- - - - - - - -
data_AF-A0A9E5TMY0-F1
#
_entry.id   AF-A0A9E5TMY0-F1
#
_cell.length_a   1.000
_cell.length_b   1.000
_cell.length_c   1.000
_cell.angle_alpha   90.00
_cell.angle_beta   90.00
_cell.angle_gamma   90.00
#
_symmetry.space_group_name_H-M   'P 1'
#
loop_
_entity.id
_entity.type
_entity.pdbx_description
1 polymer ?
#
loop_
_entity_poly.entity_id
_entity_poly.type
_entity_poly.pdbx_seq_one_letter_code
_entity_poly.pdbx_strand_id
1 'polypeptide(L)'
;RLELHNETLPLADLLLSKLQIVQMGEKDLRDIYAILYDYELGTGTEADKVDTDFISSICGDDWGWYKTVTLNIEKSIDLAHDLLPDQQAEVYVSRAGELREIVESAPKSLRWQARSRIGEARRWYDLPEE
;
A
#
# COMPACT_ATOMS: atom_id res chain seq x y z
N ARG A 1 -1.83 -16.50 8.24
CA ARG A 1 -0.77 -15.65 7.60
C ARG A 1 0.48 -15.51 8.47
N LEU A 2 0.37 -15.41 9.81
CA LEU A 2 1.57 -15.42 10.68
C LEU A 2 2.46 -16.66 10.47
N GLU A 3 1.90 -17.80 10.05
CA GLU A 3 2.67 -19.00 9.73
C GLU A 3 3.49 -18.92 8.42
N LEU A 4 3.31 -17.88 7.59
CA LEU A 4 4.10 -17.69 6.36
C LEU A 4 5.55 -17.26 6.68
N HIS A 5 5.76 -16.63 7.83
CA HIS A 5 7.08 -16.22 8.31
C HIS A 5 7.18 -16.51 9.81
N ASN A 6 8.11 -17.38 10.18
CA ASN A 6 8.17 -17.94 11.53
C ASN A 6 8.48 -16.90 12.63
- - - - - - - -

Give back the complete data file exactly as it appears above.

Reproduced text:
data_AF-A0A9E5TMY0-F1
#
_entry.id   AF-A0A9E5TMY0-F1
#
_cell.length_a   1.000
_cell.length_b   1.000
_cell.length_c   1.000
_cell.angle_alpha   90.00
_cell.angle_beta   90.00
_cell.angle_gamma   90.00
#
_symmetry.space_group_name_H-M   'P 1'
#
loop_
_entity.id
_entity.type
_entity.pdbx_description
1 polymer ?
#
loop_
_entity_poly.entity_id
_entity_poly.type
_entity_poly.pdbx_seq_one_letter_code
_entity_poly.pdbx_strand_id
1 'polypeptide(L)'
;RLELHNETLPLADLLLSKLQIVQMGEKDLRDIYAILYDYELGTGTEADKVDTDFISSICGDDWGWYKTVTLNIEKSIDLAHDLLPDQQAEVYVSRAGELREIVESAPKSLRWQARSRIGEARRWYDLPEE
;
A
#
# COMPACT_ATOMS: atom_id res chain seq x y z
N ARG A 1 -1.83 -16.50 8.24
CA ARG A 1 -0.77 -15.65 7.60
C ARG A 1 0.48 -15.51 8.47
N LEU A 2 0.37 -15.41 9.81
CA LEU A 2 1.57 -15.42 10.68
C LEU A 2 2.46 -16.66 10.47
N GLU A 3 1.90 -17.80 10.05
CA GLU A 3 2.67 -19.00 9.73
C GLU A 3 3.49 -18.92 8.42
N LEU A 4 3.31 -17.88 7.59
CA LEU A 4 4.10 -17.69 6.36
C LEU A 4 5.55 -17.26 6.68
N HIS A 5 5.76 -16.63 7.83
CA HIS A 5 7.08 -16.22 8.31
C HIS A 5 7.18 -16.51 9.81
N ASN A 6 8.11 -17.38 10.18
CA ASN A 6 8.17 -17.94 11.53
C ASN A 6 8.48 -16.90 12.63